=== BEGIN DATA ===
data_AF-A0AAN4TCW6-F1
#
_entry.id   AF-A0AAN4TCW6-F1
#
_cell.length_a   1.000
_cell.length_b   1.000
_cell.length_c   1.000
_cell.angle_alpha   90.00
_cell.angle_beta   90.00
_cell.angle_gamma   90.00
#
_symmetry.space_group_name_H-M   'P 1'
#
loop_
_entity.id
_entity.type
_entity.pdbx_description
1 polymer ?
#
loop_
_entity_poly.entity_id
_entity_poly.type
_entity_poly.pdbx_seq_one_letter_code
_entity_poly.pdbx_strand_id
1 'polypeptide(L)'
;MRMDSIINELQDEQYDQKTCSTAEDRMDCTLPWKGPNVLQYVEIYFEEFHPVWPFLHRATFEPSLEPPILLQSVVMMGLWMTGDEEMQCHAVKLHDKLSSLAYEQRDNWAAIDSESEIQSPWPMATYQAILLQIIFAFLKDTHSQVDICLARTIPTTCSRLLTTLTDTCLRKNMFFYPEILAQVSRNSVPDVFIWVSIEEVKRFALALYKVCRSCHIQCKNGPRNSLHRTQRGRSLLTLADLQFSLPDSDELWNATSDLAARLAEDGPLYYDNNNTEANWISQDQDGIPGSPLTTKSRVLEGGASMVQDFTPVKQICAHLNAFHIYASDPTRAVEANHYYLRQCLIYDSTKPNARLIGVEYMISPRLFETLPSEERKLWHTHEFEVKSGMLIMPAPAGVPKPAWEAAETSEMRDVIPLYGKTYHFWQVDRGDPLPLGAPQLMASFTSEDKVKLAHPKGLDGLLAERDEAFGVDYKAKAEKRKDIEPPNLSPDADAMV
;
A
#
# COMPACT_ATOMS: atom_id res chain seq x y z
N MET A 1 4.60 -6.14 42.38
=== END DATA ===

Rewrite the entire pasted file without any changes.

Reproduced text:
data_AF-A0AAN4TCW6-F1
#
_entry.id   AF-A0AAN4TCW6-F1
#
_cell.length_a   1.000
_cell.length_b   1.000
_cell.length_c   1.000
_cell.angle_alpha   90.00
_cell.angle_beta   90.00
_cell.angle_gamma   90.00
#
_symmetry.space_group_name_H-M   'P 1'
#
loop_
_entity.id
_entity.type
_entity.pdbx_description
1 polymer ?
#
loop_
_entity_poly.entity_id
_entity_poly.type
_entity_poly.pdbx_seq_one_letter_code
_entity_poly.pdbx_strand_id
1 'polypeptide(L)'
;MRMDSIINELQDEQYDQKTCSTAEDRMDCTLPWKGPNVLQYVEIYFEEFHPVWPFLHRATFEPSLEPPILLQSVVMMGLWMTGDEEMQCHAVKLHDKLSSLAYEQRDNWAAIDSESEIQSPWPMATYQAILLQIIFAFLKDTHSQVDICLARTIPTTCSRLLTTLTDTCLRKNMFFYPEILAQVSRNSVPDVFIWVSIEEVKRFALALYKVCRSCHIQCKNGPRNSLHRTQRGRSLLTLADLQFSLPDSDELWNATSDLAARLAEDGPLYYDNNNTEANWISQDQDGIPGSPLTTKSRVLEGGASMVQDFTPVKQICAHLNAFHIYASDPTRAVEANHYYLRQCLIYDSTKPNARLIGVEYMISPRLFETLPSEERKLWHTHEFEVKSGMLIMPAPAGVPKPAWEAAETSEMRDVIPLYGKTYHFWQVDRGDPLPLGAPQLMASFTSEDKVKLAHPKGLDGLLAERDEAFGVDYKAKAEKRKDIEPPNLSPDADAMV
;
A
#
# COMPACT_ATOMS: atom_id res chain seq x y z
N MET A 1 4.60 -6.14 42.38